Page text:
"Your message must not be lost. If your work loses its message, it is a mess." -  Oluwatomiwo  Akinyemi

How do you motivate yourself to write?

I motivate myself in a lot of ways because, without motivation, the mind is locked up. One of such ways is through music. I love this Nigerian gospel musician named Nathaniel Bassey. His songs are powerful and full of depth… I also motivate myself by reading books and this is effective in that while growing up, my parents couldn’t afford to buy you games and other fun stuff but they made sure they got you books to read. My Mum is a seasoned author so also is my eldest brother Tolu Akinyemi who writes poetry for people who don’t like poetry and through his unique mode of poetry, I am inspired in a lot of ways. I am reading “Your Father Walks Like a Crab” right now which is the first instalment of poetry for people who don’t like poetry.
I also go on strolls to clear my head and refresh my mind.

What is something you’ve learnt about freelancing that others can learn also from?

One lesson I have learnt is that people will always be out there to discourage you but it is important to always encourage yourself.
It is also important to know why you are writing. If it is because everyone is, you won’t last in the profession but if it’s your passion, nothing can kill that fire which is burning in you so it is important to keep writing. It might not be a beautiful read at first but trust me it will get better. Just believe in yourself.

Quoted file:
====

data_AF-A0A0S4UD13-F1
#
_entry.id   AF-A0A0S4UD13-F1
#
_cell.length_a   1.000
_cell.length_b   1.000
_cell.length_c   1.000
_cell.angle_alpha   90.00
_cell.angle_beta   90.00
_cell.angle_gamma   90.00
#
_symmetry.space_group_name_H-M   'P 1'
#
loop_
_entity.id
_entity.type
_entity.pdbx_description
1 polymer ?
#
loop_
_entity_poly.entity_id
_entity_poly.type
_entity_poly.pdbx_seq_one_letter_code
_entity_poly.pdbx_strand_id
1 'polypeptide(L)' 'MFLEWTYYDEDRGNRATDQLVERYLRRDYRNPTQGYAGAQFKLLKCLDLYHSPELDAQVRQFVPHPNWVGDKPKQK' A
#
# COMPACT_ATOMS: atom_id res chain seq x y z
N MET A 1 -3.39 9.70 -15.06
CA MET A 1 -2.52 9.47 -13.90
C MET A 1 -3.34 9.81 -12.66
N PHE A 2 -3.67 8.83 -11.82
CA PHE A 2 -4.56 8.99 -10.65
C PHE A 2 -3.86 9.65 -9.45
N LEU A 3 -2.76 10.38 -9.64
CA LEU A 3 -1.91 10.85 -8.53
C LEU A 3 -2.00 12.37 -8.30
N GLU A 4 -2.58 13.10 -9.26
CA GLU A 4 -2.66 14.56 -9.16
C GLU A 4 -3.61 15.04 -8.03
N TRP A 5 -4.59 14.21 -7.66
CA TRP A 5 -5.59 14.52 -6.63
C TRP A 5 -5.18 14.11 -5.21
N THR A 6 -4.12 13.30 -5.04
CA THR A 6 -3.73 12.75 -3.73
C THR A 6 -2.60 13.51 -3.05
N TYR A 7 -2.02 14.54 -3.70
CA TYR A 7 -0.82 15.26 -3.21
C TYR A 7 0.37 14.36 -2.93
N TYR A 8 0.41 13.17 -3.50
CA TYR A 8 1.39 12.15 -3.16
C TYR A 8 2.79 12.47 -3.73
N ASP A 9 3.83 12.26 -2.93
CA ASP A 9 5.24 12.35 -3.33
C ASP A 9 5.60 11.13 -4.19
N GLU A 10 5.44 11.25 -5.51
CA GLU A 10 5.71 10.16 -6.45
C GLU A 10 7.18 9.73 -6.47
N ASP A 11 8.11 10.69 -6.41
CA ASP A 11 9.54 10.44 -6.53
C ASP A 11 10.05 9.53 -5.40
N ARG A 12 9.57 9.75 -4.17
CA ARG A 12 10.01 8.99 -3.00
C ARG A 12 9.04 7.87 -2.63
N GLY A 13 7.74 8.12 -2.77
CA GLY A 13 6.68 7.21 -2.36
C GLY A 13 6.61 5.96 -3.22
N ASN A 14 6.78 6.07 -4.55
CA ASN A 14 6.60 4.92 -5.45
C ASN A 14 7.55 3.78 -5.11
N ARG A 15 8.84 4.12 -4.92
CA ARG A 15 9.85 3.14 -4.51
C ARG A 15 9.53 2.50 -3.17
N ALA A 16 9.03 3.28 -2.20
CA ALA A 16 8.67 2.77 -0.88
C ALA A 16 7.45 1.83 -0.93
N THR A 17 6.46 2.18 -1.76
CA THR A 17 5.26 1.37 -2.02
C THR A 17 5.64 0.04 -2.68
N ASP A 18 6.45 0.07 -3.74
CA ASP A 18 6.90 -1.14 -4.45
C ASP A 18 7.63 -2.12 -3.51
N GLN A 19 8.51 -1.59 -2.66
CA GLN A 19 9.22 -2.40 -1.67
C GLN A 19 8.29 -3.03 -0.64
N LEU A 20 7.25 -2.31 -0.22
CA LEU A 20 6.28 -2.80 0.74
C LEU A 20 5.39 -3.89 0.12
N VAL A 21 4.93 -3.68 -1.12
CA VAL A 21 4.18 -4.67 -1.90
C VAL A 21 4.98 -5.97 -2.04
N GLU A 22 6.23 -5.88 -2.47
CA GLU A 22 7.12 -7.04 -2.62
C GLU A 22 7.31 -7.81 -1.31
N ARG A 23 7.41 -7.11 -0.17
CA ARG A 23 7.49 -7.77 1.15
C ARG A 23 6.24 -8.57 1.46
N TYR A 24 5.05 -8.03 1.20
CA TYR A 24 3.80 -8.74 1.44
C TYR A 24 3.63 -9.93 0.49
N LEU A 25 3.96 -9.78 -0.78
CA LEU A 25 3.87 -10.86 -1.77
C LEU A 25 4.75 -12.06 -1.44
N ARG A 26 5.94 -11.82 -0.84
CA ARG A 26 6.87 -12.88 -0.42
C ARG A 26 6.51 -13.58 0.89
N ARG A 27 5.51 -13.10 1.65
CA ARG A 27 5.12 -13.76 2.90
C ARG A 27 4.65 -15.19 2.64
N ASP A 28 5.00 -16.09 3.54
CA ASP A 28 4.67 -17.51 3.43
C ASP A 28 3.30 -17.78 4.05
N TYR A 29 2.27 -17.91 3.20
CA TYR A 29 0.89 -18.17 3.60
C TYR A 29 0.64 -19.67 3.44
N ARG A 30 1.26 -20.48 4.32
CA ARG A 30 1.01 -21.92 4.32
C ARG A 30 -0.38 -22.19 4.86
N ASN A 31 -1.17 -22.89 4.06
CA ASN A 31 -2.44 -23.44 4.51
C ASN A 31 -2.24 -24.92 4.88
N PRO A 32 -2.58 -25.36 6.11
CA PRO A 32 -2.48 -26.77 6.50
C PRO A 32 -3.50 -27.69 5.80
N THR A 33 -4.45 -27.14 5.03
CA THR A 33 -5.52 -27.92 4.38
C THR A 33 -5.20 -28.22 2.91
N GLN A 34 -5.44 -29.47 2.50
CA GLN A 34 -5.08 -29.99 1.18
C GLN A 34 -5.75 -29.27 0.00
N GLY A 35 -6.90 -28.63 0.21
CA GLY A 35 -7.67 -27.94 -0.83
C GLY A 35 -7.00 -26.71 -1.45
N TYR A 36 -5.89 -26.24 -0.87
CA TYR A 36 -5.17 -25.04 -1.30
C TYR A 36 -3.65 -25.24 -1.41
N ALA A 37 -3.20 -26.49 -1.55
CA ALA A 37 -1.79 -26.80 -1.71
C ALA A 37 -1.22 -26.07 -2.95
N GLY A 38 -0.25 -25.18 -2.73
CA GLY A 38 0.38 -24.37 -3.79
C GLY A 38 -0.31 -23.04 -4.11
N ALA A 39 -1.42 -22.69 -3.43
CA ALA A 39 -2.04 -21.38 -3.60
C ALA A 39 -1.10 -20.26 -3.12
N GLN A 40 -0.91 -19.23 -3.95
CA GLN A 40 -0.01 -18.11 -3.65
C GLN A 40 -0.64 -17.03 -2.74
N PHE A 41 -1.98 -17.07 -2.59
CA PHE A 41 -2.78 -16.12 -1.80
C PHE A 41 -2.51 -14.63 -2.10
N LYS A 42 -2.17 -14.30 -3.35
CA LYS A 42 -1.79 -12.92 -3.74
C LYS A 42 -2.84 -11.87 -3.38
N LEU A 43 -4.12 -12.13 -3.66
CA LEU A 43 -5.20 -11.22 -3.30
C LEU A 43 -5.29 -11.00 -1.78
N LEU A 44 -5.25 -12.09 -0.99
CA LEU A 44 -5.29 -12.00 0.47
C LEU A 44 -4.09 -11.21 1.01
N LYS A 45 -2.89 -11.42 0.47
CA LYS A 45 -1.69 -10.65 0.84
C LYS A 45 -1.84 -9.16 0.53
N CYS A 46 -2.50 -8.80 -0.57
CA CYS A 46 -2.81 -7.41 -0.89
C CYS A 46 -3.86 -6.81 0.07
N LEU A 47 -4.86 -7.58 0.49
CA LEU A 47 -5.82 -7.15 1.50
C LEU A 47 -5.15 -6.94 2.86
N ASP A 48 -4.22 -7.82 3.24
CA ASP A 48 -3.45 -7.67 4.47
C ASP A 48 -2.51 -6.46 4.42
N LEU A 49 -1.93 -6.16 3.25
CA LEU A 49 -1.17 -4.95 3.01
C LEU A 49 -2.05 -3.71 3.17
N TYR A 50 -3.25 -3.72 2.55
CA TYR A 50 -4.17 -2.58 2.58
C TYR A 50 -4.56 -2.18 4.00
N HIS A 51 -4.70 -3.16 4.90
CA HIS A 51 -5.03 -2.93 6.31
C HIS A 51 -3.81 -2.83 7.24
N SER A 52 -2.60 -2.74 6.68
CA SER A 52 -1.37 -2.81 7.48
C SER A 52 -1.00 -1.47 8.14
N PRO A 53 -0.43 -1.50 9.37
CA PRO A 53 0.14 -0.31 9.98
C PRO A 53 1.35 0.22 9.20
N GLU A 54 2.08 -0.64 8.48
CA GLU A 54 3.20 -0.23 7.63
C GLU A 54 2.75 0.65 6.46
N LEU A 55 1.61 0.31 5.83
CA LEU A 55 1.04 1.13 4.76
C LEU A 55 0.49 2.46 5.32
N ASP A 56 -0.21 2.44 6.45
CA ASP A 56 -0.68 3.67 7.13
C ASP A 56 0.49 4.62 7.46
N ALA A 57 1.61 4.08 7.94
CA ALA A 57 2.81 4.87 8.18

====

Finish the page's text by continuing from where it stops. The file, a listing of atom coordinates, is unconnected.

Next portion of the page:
Tell us about one of your works you consider as your favourite.

I don’t think I have a favourite work but if I am to reluctantly pick one,
It will be “For the love of my Pride” a short story that was inspired by a poetry collection I read entitled “The Song’s of a Shattered S-k-y” by Tosin Gbogi. The story captures the political situation in Nigeria. Such as issues that have to do with governance such as corruption, insecurity, unemployment and other social realities. The setting is a pub which mirrors how Nigeria’s political scene is like a pub where those in power drink to stupor and squander our resources, loot the treasury to satisfy their selfish intents while those they ought to serve have become servants scouring for left over.

What is your best writing tip?

My best writing tip is first, lock out that outside voice that wants you to think its impossible. You must always move with a journal, pen or better still a recorder everywhere you go because we live in inspiration and you as a person is a walking inspiration.

What is your best freelancing tip?

Don’t be bigger than yourself. Every opportunity to make an impact and write, you have to take it no matter what. I believe with writing, you have to be proactive and ambitious.

What advice would you give to a budding freelancer or writing?

I’ll advise a budding freelancer to keep enjoying what you do. The more you enjoy it, the better and proud you become for it.
You also have to focus on yourself, not on others. It is not a competition, it is a movement and once you believe you chase a common goal, you will be fine.
Most importantly, your message must not be lost. If your work loses its message, it is a mess.

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Posted by:African Freelancers